The REF brought $10M to the University for research in microelectronics, robotics, and materials research. A good deal of these funds went to research, equipment, and facilities in the department, including the Solid-State Electronics Laboratory and the new EECS Building. The REF was part of the State’s efforts to stabilize the economy in light of the decline of the auto industry. The Governor and others saw high technology as the best path to economic stability.
The Dean’s proposal called for an emphasis on the “exciting new field of integrated optoelectronics.” This was quite a visionary initiative, and played directly into the strengths of Prof. Pallab Bhattacharya, hired in 1984, whose collaboration with Jasprit Singh (hired 1985) and Ted Norris (hired 1991) opened up an entire new field of quantum optoelectronics.
The influx of new faculty combined with vastly upgraded facilities occurred in the nick of time for the Department to take advantage of opportunities in sponsored research. In the 1980’s, the government began to support large research centers within universities. One of the first to receive a DoD-funded University Research Initiatives (URI) was George Haddad, through his Center for High-Frequency Microelectronics (1986-2001). This was followed up by the Center for Integrated Sensors and Systems (1987-2000, directed by Ken Wise), the Center for Space Terahertz Technology (1988-1998, directed by Fawwaz Ulaby), and the Center for Ultrafast Optical Science (1991-2001, directed by Gérard Mourou).
Those programs were followed by governmentally-sponsored Multidisciplinary University Research Initiative (MURI) programs, initiated in the late 1980’s to support basic research spanning science and engineering disciplines.
Prof. Haddad directed the Center for High Frequency Microelectronics after he stepped down as Chair for the first time in 1986, and several MURI projects after he stepped down the second time in 1997. During his nearly continuous time as Chair from 1975-1997, research funding grew from $2M to $35.8M in annual research expenditures, faculty for the entire EECS department grew from 44 to 89, PhD’s graduated went from 7 to 66, graduate student enrollment grew from 212 to 650, and undergraduate student enrollment grew from 708 to 772. These numbers are for the entire EECS department. The department was ranked #5 by U.S. News & World Report. Prof. Haddad left a remarkable legacy of achievement and leadership in research, teaching, service and administration that spans 42 years as a faculty member, and 19 years as department chair. In 2012, he became Program Director for Circuits, Communications and Sensing Systems in the Division of Electrical, Communications and Cyber Systems at NSF.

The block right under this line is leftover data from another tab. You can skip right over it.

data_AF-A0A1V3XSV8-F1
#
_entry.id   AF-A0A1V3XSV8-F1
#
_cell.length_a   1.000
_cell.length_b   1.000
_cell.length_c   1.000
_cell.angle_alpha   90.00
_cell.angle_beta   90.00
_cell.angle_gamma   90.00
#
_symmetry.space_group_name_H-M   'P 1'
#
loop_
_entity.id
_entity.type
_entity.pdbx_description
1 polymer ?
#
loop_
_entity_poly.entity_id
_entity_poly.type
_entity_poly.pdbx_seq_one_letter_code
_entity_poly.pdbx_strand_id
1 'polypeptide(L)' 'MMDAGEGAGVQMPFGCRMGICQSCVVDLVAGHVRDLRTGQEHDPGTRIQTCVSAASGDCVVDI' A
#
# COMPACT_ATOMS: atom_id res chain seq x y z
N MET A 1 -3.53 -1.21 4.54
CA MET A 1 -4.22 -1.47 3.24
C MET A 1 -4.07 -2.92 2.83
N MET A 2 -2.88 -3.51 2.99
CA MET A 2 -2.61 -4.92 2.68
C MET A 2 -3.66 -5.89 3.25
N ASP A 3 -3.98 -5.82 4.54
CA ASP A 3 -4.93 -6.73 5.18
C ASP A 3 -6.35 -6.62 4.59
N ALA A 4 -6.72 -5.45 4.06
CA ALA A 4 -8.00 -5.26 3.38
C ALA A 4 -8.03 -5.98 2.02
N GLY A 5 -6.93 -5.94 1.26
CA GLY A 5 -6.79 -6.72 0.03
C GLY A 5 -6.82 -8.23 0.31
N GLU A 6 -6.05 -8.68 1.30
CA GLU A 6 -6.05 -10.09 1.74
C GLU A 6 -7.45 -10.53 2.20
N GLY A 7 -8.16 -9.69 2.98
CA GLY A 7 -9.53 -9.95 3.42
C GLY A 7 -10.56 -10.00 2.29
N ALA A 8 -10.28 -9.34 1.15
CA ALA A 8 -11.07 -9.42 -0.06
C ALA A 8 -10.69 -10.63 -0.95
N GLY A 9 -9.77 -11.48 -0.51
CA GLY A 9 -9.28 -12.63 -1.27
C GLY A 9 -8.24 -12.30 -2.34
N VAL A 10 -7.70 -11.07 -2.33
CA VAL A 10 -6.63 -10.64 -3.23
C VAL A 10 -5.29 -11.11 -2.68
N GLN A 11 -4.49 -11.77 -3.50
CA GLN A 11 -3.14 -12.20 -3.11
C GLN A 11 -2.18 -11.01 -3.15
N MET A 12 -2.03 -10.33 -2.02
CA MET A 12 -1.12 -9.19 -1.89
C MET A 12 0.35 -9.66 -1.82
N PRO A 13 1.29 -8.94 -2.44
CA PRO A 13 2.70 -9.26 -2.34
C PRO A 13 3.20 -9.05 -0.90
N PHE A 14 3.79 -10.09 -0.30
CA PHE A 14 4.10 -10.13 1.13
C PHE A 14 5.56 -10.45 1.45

By the 1980’s, the amount of military research being conducted by the faculty became a concern for certain members of the student body. With ECE’s emphasis on research, largely funded by the government, certain ECE faculty (George Haddad, Tom Senior, and Ted Birdsall) were targeted by the students in official protests.
In protest of the PSN, the Nuclear Saints of America (NSA) was formed by student researchers who vowed to continue on with defense-funded research.
In March of the following year, the PSN, consisting of nine women and two men, attempted a sit-in in Prof. Haddad’s lab. Prof. Haddad decided enough was enough, and called the Ann Arbor police to remove them, saying, "They were interfering with the rights of my researchers and students to do work in the lab. We were very patient the first time but we can't go on like this."
Despite the targeting of the department by the protestors, there was, in fact, no nuclear research and no direct weapons research being conducted in ECE. However, there were indirect links – as might be expected in the development of new technology funded by the Department of Defense. For example, Prof. Haddad had been working on solid-state devices known as IMPATTs, which unknown to him were being incorporated into combat missiles. "But that same research has civilian applications," said Haddad in a published interview, stressing his research was at the device level, and could therefore be incorporated into a number of systems.
Two years later, in 1986, Prof. Haddad’s lab was in the news again. He received a large grant from the U.S. Army which established the Center for High Frequency Microelectronics (CHFM). This prompted another outcry from students who were opposed to large sums of money being spent on defense. While some of the students did not appreciate this new grant, it was cause for great celebration as it alone nearly doubled the research funding for the entire University. The funds supported study of super-speed computers and other advanced electronic devices, with the goal of developing electronic devices capable of vastly improved processing and information transmition.
The protesting ceased when engineering moved to North Campus later that year.